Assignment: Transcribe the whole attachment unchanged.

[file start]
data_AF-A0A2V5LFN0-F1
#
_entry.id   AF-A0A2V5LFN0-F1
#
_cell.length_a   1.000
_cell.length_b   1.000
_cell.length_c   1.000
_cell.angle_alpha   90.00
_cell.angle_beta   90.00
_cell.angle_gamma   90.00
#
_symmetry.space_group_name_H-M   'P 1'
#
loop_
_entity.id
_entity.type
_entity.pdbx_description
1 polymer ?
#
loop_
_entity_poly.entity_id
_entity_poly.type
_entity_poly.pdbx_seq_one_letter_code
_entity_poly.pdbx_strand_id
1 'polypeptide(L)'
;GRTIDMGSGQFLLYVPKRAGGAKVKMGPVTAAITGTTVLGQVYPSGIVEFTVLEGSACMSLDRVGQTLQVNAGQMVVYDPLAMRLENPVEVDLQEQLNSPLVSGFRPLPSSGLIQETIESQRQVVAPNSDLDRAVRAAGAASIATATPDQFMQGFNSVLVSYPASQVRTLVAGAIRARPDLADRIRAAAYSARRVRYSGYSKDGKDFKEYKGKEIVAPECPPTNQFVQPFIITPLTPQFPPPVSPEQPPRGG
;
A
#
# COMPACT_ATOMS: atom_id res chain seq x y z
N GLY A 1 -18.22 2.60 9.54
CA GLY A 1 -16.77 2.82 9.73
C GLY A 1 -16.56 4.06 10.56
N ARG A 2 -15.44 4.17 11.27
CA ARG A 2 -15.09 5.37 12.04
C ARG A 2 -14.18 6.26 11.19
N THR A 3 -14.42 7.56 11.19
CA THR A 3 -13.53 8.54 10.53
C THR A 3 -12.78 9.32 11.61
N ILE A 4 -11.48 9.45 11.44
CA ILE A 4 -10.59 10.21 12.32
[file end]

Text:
data_AF-A0A2V5LFN0-F1
#
_entry.id   AF-A0A2V5LFN0-F1
#
_cell.length_a   1.000
_cell.length_b   1.000
_cell.length_c   1.000
_cell.angle_alpha   90.00
_cell.angle_beta   90.00
_cell.angle_gamma   90.00
#
_symmetry.space_group_name_H-M   'P 1'
#
loop_
_entity.id
_entity.type
_entity.pdbx_description
1 polymer ?
#
loop_
_entity_poly.entity_id
_entity_poly.type
_entity_poly.pdbx_seq_one_letter_code
_entity_poly.pdbx_strand_id
1 'polypeptide(L)'
;GRTIDMGSGQFLLYVPKRAGGAKVKMGPVTAAITGTTVLGQVYPSGIVEFTVLEGSACMSLDRVGQTLQVNAGQMVVYDPLAMRLENPVEVDLQEQLNSPLVSGFRPLPSSGLIQETIESQRQVVAPNSDLDRAVRAAGAASIATATPDQFMQGFNSVLVSYPASQVRTLVAGAIRARPDLADRIRAAAYSARRVRYSGYSKDGKDFKEYKGKEIVAPECPPTNQFVQPFIITPLTPQFPPPVSPEQPPRGG
;
A
#
# COMPACT_ATOMS: atom_id res chain seq x y z
N GLY A 1 -18.22 2.60 9.54
CA GLY A 1 -16.77 2.82 9.73
C GLY A 1 -16.56 4.06 10.56
N ARG A 2 -15.44 4.17 11.27
CA ARG A 2 -15.09 5.37 12.04
C ARG A 2 -14.18 6.26 11.19
N THR A 3 -14.42 7.56 11.19
CA THR A 3 -13.53 8.54 10.53
C THR A 3 -12.78 9.32 11.61
N ILE A 4 -11.48 9.45 11.44
CA ILE A 4 -10.59 10.21 12.32